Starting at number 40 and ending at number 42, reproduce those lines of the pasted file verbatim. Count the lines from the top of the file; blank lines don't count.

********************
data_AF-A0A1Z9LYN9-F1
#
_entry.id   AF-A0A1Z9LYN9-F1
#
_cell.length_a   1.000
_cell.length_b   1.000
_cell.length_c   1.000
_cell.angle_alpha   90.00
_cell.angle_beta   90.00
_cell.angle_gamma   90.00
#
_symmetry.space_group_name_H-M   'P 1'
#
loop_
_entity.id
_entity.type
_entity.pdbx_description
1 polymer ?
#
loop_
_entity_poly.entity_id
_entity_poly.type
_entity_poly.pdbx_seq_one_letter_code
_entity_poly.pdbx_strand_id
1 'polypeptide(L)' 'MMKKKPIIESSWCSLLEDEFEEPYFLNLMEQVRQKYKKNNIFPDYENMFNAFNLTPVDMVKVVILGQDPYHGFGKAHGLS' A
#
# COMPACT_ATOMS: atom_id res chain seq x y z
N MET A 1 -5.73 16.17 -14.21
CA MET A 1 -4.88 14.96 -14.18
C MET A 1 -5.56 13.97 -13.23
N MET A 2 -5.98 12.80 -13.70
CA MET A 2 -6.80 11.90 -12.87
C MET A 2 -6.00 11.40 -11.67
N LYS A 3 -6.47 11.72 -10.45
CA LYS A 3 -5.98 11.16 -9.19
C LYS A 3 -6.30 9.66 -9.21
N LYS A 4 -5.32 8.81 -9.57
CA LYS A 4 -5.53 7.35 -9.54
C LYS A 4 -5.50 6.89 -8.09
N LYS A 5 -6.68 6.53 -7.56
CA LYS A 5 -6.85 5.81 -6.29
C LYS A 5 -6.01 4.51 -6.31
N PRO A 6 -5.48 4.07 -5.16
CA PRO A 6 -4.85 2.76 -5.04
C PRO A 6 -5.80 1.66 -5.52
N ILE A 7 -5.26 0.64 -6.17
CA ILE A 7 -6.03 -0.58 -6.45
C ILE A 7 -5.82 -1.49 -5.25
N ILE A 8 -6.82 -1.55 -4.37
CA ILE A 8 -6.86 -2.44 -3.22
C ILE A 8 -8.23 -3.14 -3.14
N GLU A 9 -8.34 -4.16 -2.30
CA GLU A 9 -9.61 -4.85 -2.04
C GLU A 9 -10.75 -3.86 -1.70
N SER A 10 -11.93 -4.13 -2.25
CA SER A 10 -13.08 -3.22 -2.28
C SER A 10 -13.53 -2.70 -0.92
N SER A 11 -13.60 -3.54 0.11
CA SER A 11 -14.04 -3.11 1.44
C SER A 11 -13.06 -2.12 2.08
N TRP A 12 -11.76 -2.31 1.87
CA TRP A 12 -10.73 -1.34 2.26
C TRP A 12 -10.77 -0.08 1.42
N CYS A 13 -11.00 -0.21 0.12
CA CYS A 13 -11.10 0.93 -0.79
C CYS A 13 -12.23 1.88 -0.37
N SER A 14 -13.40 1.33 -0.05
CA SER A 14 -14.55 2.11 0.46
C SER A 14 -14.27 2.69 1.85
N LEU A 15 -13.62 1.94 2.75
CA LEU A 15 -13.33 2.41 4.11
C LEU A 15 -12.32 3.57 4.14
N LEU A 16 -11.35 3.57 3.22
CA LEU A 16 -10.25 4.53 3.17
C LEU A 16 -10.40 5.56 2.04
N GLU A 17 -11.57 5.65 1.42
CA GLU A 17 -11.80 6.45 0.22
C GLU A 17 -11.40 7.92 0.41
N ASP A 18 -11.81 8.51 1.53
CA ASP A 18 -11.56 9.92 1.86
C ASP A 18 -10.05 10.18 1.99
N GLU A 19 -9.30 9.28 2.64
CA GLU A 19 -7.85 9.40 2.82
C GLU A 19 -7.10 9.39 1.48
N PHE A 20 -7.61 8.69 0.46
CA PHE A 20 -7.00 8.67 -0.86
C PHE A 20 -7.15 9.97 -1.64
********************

N LYS A 5 -6.68 6.53 -7.56
CA LYS A 5 -6.85 5.81 -6.29
C LYS A 5 -6.01 4.51 -6.31